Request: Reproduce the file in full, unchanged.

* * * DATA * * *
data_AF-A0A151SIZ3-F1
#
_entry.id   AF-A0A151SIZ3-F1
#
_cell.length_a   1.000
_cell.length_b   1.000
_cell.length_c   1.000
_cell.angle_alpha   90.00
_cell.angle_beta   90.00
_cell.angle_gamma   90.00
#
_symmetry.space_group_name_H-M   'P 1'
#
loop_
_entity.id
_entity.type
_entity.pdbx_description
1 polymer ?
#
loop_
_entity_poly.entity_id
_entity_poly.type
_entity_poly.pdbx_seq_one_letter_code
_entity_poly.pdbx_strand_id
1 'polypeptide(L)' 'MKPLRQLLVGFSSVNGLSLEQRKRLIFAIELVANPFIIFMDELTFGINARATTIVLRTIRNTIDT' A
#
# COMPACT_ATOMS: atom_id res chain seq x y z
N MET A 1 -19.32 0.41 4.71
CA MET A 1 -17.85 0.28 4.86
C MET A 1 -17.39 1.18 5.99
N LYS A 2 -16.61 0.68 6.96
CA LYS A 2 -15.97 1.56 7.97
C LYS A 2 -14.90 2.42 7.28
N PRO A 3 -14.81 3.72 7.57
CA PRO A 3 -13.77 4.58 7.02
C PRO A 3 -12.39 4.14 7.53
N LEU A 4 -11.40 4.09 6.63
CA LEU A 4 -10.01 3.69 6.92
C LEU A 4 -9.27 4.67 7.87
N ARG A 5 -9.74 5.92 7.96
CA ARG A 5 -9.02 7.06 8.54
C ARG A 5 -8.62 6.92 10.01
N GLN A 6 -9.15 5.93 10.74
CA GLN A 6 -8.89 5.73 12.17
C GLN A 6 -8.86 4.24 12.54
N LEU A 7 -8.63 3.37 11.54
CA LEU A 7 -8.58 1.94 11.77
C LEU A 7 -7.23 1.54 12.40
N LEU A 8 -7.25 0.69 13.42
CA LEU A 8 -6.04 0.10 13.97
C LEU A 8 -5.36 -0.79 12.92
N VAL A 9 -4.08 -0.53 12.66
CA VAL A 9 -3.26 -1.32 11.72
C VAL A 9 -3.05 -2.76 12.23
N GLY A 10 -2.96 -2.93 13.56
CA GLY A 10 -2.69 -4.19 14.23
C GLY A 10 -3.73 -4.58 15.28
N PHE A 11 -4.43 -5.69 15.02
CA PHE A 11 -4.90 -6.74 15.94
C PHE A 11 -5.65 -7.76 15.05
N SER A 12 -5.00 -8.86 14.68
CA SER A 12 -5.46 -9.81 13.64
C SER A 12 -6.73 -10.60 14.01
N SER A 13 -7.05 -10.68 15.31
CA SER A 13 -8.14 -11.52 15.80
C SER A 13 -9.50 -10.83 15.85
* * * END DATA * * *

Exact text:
data_AF-A0A151SIZ3-F1
#
_entry.id   AF-A0A151SIZ3-F1
#
_cell.length_a   1.000
_cell.length_b   1.000
_cell.length_c   1.000
_cell.angle_alpha   90.00
_cell.angle_beta   90.00
_cell.angle_gamma   90.00
#
_symmetry.space_group_name_H-M   'P 1'
#
loop_
_entity.id
_entity.type
_entity.pdbx_description
1 polymer ?
#
loop_
_entity_poly.entity_id
_entity_poly.type
_entity_poly.pdbx_seq_one_letter_code
_entity_poly.pdbx_strand_id
1 'polypeptide(L)' 'MKPLRQLLVGFSSVNGLSLEQRKRLIFAIELVANPFIIFMDELTFGINARATTIVLRTIRNTIDT' A
#
# COMPACT_ATOMS: atom_id res chain seq x y z
N MET A 1 -19.32 0.41 4.71
CA MET A 1 -17.85 0.28 4.86
C MET A 1 -17.39 1.18 5.99
N LYS A 2 -16.61 0.68 6.96
CA LYS A 2 -15.97 1.56 7.97
C LYS A 2 -14.90 2.42 7.28
N PRO A 3 -14.81 3.72 7.57
CA PRO A 3 -13.77 4.58 7.02
C PRO A 3 -12.39 4.14 7.53
N LEU A 4 -11.40 4.09 6.63
CA LEU A 4 -10.01 3.69 6.92
C LEU A 4 -9.27 4.67 7.87
N ARG A 5 -9.74 5.92 7.96
CA ARG A 5 -9.02 7.06 8.54
C ARG A 5 -8.62 6.92 10.01
N GLN A 6 -9.15 5.93 10.74
CA GLN A 6 -8.89 5.73 12.17
C GLN A 6 -8.86 4.24 12.54
N LEU A 7 -8.63 3.37 11.54
CA LEU A 7 -8.58 1.94 11.77
C LEU A 7 -7.23 1.54 12.40
N LEU A 8 -7.25 0.69 13.42
CA LEU A 8 -6.04 0.10 13.97
C LEU A 8 -5.36 -0.79 12.92
N VAL A 9 -4.08 -0.53 12.66
CA VAL A 9 -3.26 -1.32 11.72
C VAL A 9 -3.05 -2.76 12.23
N GLY A 10 -2.96 -2.93 13.56
CA GLY A 10 -2.69 -4.19 14.23
C GLY A 10 -3.73 -4.58 15.28
N PHE A 11 -4.43 -5.69 15.02
CA PHE A 11 -4.90 -6.74 15.94
C PHE A 11 -5.65 -7.76 15.05
N SER A 12 -5.00 -8.86 14.68
CA SER A 12 -5.46 -9.81 13.64
C SER A 12 -6.73 -10.60 14.01
N SER A 13 -7.05 -10.68 15.31
CA SER A 13 -8.14 -11.52 15.80
C SER A 13 -9.50 -10.83 15.85